If you’re under 55 you probably have no memory of the event.  You were put in your pajamas and off to bed long before Neil Armstrong took the giant leap.  I barely remember the moment.  My Family was at the house of a next door neighbor family.  The Makarowski’s living room was packed with people.  The younger children, and I was among them, were seated on the floor. 

For a few glorious moments during the summer of 1969 we forgot our differences.  We were awed.

It was a struggle to keep my eyes open.  I was still a few months shy of my seventh birthday.  A month before I was still in 1st grade.  But we knew the moment we were about to see was the greatest of all human endeavors.  Then Armstrong stepped off the ladder.

During my time in elementary school the space program was the one thing that proved to the children that we were living in the greatest nation.  Ever!  In many ways, when the Apollo program ended it signaled an end to the belief anything was possible.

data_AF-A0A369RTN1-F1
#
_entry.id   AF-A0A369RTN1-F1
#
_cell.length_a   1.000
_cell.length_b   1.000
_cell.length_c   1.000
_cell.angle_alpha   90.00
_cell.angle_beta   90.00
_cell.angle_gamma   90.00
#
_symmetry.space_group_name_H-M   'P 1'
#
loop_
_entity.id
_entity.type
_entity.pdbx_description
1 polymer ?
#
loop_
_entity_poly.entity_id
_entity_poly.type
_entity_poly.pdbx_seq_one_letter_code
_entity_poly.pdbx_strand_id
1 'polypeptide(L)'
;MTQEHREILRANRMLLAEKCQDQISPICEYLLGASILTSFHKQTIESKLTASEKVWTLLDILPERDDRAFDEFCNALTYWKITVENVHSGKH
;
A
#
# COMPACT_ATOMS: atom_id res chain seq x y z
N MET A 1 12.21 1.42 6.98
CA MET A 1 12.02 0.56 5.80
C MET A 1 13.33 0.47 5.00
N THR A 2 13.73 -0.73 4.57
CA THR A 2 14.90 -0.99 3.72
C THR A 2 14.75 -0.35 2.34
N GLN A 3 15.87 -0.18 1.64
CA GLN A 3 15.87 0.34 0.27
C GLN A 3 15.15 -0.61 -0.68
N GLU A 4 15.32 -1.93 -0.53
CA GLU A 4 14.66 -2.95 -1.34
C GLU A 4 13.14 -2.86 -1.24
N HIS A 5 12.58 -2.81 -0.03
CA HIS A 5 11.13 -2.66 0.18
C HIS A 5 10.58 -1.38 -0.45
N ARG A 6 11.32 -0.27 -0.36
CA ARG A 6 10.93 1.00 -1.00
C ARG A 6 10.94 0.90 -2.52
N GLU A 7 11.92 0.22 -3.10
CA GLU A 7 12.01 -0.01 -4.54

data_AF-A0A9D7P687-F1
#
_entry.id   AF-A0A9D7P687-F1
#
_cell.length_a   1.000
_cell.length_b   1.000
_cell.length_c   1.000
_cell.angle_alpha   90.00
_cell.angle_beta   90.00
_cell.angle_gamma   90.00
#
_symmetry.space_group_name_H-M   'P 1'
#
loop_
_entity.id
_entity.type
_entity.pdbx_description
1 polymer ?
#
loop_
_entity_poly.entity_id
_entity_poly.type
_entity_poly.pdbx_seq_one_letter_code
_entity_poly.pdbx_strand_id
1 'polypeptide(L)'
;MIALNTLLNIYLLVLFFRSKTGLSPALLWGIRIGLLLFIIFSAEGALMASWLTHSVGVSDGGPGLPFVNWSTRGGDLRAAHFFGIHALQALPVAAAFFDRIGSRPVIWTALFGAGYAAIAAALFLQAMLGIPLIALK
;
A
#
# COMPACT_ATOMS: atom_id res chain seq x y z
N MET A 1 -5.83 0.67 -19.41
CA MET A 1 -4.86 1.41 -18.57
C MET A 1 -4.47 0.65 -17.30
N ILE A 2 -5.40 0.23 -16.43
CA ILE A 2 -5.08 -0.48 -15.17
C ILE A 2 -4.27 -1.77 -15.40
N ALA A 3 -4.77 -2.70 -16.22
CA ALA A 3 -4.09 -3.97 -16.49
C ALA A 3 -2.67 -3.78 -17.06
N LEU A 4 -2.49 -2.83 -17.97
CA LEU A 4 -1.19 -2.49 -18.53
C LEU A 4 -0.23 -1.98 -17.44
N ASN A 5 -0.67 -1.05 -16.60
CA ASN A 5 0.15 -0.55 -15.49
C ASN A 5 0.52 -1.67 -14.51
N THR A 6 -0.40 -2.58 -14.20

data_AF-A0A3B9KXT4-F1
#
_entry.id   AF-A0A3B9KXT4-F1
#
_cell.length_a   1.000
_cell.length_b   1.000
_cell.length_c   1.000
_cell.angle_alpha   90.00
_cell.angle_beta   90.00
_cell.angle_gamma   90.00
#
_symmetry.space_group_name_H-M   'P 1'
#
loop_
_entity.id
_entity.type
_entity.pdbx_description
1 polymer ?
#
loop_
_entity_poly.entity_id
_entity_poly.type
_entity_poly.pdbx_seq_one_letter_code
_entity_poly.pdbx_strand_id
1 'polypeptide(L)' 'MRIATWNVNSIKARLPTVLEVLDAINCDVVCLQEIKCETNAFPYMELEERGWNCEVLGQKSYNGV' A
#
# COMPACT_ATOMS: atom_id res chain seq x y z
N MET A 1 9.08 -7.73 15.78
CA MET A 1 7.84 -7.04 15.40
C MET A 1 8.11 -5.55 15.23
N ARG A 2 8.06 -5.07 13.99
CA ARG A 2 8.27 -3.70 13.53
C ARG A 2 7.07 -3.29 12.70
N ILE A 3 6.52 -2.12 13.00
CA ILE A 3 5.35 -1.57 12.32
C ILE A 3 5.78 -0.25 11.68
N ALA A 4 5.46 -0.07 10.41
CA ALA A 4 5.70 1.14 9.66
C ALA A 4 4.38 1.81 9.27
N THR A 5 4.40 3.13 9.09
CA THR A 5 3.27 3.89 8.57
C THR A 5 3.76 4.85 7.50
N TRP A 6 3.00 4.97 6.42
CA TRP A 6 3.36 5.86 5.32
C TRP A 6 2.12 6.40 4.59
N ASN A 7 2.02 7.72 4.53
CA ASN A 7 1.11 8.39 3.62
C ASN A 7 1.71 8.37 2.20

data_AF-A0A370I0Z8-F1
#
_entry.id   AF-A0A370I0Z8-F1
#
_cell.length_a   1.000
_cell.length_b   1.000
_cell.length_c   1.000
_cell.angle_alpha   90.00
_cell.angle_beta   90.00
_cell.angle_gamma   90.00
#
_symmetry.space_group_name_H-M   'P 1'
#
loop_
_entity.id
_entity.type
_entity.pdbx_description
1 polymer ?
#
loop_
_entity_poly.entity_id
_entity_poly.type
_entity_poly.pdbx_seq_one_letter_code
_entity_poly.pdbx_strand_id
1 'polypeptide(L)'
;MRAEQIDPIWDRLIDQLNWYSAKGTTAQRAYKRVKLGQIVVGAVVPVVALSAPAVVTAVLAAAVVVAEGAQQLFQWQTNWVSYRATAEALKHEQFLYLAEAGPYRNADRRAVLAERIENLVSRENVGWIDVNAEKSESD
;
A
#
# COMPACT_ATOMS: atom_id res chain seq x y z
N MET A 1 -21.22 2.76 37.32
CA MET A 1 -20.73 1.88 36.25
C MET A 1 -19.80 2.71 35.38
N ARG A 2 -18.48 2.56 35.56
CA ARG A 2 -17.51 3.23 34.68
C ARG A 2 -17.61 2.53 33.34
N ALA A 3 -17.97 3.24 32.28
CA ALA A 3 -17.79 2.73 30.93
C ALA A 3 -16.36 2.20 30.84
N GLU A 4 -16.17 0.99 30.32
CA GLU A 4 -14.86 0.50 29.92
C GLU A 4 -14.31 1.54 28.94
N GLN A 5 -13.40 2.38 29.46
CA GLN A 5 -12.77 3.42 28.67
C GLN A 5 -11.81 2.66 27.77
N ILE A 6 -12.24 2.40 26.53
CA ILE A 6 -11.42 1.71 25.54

For a few glorious moments during the summer of 1969 we forgot our differences.  We were awed.  We had evidence there is something greater than the next town, which until that point was about all I had seen beyond my small town.  The one with brick streets, a three story building the tallest in the village and a hayfield behind the house I thought was the edge of the world.

If you can remember, where were you when a man walked on the moon?